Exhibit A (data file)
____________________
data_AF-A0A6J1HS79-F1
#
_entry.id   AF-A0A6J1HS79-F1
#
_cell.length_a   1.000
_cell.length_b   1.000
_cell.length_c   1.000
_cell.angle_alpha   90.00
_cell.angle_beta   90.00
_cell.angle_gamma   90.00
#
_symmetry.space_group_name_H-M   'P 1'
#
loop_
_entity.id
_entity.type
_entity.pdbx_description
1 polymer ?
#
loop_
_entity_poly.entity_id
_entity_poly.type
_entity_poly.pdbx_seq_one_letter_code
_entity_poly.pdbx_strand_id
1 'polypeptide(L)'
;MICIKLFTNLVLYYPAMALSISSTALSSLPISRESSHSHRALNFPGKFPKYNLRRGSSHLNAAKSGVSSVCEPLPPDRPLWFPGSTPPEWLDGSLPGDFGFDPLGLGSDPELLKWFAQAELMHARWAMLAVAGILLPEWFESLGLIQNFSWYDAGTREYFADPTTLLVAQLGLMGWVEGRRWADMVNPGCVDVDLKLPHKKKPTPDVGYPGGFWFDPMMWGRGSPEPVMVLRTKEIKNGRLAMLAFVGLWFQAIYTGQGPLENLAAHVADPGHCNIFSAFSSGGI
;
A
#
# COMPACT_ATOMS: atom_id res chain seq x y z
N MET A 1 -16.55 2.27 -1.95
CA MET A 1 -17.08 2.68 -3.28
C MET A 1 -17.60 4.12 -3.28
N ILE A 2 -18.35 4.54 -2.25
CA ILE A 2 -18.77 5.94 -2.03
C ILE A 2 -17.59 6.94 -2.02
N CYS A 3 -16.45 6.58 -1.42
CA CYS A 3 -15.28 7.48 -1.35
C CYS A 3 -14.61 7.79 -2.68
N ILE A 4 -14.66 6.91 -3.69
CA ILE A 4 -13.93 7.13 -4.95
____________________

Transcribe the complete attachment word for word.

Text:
data_AF-A0A6J1HS79-F1
#
_entry.id   AF-A0A6J1HS79-F1
#
_cell.length_a   1.000
_cell.length_b   1.000
_cell.length_c   1.000
_cell.angle_alpha   90.00
_cell.angle_beta   90.00
_cell.angle_gamma   90.00
#
_symmetry.space_group_name_H-M   'P 1'
#
loop_
_entity.id
_entity.type
_entity.pdbx_description
1 polymer ?
#
loop_
_entity_poly.entity_id
_entity_poly.type
_entity_poly.pdbx_seq_one_letter_code
_entity_poly.pdbx_strand_id
1 'polypeptide(L)'
;MICIKLFTNLVLYYPAMALSISSTALSSLPISRESSHSHRALNFPGKFPKYNLRRGSSHLNAAKSGVSSVCEPLPPDRPLWFPGSTPPEWLDGSLPGDFGFDPLGLGSDPELLKWFAQAELMHARWAMLAVAGILLPEWFESLGLIQNFSWYDAGTREYFADPTTLLVAQLGLMGWVEGRRWADMVNPGCVDVDLKLPHKKKPTPDVGYPGGFWFDPMMWGRGSPEPVMVLRTKEIKNGRLAMLAFVGLWFQAIYTGQGPLENLAAHVADPGHCNIFSAFSSGGI
;
A
#
# COMPACT_ATOMS: atom_id res chain seq x y z
N MET A 1 -16.55 2.27 -1.95
CA MET A 1 -17.08 2.68 -3.28
C MET A 1 -17.60 4.12 -3.28
N ILE A 2 -18.35 4.54 -2.25
CA ILE A 2 -18.77 5.94 -2.03
C ILE A 2 -17.59 6.94 -2.02
N CYS A 3 -16.45 6.58 -1.42
CA CYS A 3 -15.28 7.48 -1.35
C CYS A 3 -14.61 7.79 -2.68
N ILE A 4 -14.66 6.91 -3.69
CA ILE A 4 -13.93 7.13 -4.95